Gina Covina: Planning ahead to save your seeds…


From GINA COVINA
Laughing Frog Farm
Laytonville

[Gina's seeds from Laughing Frog Farm now available at Mulligan Books & Seeds. -DS]

If you haven’t saved seed from your vegetable garden, here are the basics you need to know before you plant. Some planning is required – you can’t reliably save seed as an afterthought.

First, be sure you’re starting with an open-pollinated variety rather than a hybrid. All the food crops we know and love were developed by countless generations of seed savers and will breed true to type from seeds you save – that’s open-pollinated. Hybrids are first-generation crosses between varieties – F1 crosses – that result in a very uniform set of characteristics (handy for mechanical harvest and for transport and sales) and a boost in robustness that is known as hybrid vigor. Save and grow the seed from your hybrid and the result (the F2 generation) will revert to a large range of characteristics, with most plants being unsatisfactory from an eater’s perspective.

Hybrids were developed as a way for seed companies to create and hold a market – farmers and gardeners have to buy the seeds each year, and they cost more. Seed companies have to grow and save seed for both parent lines for each hybrid variety (exact identities often a well-guarded secret), as well as growing the F1 crosses each year – it’s not something any food-producing grower would find worthwhile. As hybrids came into vogue, traditional open-pollinated plant breeding fell by the wayside, with the result that today there are hybrids of many vegetables that outperform available open-pollinated varieties. This doesn’t mean hybrids are inherently better, just that hybrids are where the plant-breeding bucks have gone.

A short diversion about genetically modified crops: Monsanto et al have spent many millions spreading the lie that genetic engineering technology is just a modern extension of the kind of plant breeding that has produced F1 hybrids – no wonder many people are confused about the difference. As an economic model, yes, GE crops are indeed the next step – now growers are locked in not only to buying Monsanto’s seed but its herbicides – which are, after all, the chemical company’s main product line. More herbicide each year, too, as weeds quickly adapt. Does anyone see a problem here? How about Bayer’s proposed “fix”, an additional genetic modification so corn can survive applications of 2, 4-d?

Uh oh. Didn’t mean to rant. Just meant to point out that genetic engineering actually has much more in common with warfare than it does with plant breeding. GMOs=assault on nature. Plant breeding=partnership with nature.

Fortunately for the future of food, the tide has turned. We’re at the thin leading edge of that change, so new that we can still be mistaken for irrelevant hobbyists. But truly, all we have to do is do it. Every gardener can be part of the solution by saving seed. Everyone who eats can be part of the solution by choosing real food.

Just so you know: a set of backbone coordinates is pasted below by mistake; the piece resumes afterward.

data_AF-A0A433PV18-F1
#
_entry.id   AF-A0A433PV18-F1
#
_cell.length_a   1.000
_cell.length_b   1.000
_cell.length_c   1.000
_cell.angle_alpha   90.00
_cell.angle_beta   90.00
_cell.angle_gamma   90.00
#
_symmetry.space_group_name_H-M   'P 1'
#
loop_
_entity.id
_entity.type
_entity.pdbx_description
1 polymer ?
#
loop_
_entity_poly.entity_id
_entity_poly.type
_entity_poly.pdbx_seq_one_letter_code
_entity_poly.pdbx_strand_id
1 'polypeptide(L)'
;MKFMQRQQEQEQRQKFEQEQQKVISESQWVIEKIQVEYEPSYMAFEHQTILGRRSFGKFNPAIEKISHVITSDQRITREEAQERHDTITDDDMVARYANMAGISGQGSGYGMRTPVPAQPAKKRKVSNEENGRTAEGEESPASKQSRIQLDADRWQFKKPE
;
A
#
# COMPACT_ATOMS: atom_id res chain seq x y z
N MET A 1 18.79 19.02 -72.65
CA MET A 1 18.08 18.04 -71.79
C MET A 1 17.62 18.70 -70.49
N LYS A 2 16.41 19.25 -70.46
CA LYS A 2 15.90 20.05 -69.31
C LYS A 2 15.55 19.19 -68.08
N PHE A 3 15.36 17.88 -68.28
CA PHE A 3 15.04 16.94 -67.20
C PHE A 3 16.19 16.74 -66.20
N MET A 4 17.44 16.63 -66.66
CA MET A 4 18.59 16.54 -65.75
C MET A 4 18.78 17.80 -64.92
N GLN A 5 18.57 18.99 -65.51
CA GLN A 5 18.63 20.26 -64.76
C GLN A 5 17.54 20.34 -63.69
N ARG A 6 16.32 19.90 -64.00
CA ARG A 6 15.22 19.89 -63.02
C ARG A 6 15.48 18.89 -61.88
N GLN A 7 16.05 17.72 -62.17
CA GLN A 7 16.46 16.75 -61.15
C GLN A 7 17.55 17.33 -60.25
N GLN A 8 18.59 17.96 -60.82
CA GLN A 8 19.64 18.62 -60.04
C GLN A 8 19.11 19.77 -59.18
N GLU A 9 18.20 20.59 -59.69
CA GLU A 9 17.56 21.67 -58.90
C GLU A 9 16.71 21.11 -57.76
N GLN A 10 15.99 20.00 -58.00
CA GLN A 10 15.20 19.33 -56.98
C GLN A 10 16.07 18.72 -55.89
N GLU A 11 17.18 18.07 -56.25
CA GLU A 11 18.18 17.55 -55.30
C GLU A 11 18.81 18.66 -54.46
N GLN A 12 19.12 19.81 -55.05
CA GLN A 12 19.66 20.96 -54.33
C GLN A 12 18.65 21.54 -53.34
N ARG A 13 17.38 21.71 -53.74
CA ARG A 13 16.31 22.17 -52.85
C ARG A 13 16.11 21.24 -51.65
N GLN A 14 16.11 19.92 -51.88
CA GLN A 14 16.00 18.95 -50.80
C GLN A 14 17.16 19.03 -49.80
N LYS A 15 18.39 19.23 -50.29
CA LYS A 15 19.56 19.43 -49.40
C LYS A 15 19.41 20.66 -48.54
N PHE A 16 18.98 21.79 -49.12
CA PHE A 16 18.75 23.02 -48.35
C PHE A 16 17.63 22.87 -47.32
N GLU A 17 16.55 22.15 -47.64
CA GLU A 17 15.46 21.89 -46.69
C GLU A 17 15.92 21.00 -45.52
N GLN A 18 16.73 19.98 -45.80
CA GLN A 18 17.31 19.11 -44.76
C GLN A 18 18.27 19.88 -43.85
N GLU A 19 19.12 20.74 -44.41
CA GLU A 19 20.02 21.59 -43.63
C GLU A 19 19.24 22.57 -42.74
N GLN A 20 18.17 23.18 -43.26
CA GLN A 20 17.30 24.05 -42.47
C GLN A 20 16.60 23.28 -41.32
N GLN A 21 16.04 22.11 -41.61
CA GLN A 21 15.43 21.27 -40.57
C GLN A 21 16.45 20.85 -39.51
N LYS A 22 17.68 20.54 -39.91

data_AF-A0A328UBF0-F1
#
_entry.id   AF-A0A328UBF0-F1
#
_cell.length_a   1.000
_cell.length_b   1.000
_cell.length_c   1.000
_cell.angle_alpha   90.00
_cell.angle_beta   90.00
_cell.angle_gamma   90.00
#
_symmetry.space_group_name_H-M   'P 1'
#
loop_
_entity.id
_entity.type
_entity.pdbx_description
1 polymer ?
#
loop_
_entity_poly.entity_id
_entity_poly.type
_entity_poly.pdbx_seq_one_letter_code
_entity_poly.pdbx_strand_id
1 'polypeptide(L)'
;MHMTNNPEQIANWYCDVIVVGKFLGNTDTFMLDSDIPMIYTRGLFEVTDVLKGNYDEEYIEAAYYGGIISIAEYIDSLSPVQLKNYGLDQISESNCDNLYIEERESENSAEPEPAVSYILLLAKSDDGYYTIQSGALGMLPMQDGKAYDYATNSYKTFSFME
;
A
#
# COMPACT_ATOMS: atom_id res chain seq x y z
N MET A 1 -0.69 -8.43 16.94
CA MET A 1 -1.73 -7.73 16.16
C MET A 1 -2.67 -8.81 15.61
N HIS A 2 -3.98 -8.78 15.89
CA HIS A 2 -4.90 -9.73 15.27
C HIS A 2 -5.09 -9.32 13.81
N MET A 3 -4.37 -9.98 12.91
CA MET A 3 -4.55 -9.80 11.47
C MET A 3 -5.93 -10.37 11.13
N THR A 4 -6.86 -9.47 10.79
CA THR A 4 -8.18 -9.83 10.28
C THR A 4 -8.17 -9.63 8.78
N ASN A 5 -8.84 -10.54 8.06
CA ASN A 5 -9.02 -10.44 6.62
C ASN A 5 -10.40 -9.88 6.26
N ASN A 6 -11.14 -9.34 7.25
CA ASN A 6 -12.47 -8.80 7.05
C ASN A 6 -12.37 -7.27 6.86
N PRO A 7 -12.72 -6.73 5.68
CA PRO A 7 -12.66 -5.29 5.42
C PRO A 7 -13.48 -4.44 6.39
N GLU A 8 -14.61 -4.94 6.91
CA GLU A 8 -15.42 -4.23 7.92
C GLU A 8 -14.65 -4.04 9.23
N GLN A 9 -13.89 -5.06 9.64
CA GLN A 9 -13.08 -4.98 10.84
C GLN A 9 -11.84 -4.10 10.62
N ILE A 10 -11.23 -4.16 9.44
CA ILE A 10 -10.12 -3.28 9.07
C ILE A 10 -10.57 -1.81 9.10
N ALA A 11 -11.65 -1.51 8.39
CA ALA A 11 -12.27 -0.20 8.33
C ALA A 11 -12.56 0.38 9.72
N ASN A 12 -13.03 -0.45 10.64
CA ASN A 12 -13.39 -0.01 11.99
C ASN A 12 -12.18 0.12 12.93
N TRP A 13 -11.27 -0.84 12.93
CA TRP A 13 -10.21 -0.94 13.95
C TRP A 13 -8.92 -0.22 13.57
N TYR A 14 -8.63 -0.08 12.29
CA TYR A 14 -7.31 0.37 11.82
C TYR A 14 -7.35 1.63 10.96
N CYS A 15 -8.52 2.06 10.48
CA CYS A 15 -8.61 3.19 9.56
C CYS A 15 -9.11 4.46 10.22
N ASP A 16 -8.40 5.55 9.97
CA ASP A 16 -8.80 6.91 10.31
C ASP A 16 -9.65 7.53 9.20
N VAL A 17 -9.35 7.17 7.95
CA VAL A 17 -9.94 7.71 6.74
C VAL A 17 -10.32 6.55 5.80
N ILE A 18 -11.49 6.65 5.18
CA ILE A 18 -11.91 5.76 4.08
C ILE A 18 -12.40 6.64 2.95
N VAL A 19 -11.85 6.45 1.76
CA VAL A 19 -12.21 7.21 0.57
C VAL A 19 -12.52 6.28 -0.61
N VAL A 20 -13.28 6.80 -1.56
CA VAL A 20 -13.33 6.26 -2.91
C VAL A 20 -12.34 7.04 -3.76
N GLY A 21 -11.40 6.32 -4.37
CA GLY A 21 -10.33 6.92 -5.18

So back to basics. If possible, start with a plant you have already grown successfully, something you love, as you’ll have a lot of it when you grow it for seed. Start with an annual, a plant that lives its entire seed-to-seed life in one season. (Some vegetables are biennials, going to seed in their second year – carrots/beets/chard/cabbage for example.) You need to know a little about your vegetable’s sex life – how is it pollinated? – in order to determine the two important conditions for successfully saving seed:

1 – the minimum number of plants you need to grow in order to ensure genetic diversity, which will keep the variety’s ability to adapt to changing conditions

and 2 – the minimum isolation distance from other plants in the same family to avoid unwanted cross-pollination.

Some food plants primarily self-pollinate – you’ll find them referred to as in-breeders or selfers. Lettuce, peas, most beans, wheat, rice, barley, oats, modern tomato varieties – you can save seed from as few as 10 to 20 of these, and separate varieties by only 20 feet.

Plants that cross-pollinate – called out-breeders or crossers – require  larger isolation distances. Crossers divide into insect-pollinated species and wind-pollinated crops. Insect-pollinated annual food plants include cucumbers, squash, melons, peppers, and heirloom tomatoes. Wind-pollinated crops require the largest populations and isolation distances – 80 plants and up to 3 miles for spinach, for example. Corn, rye, sorghum, beets and chard are also wind-pollinated.

Organic Seed Alliance has great downloadable booklets for more detailed info – A Seed Saving Guide for Gardeners and Farmers is the one to start with; they also have guides to specific plants. Also I’ll soon be adding detailed seed-saving info about the particular seeds available at our Farm Stand.
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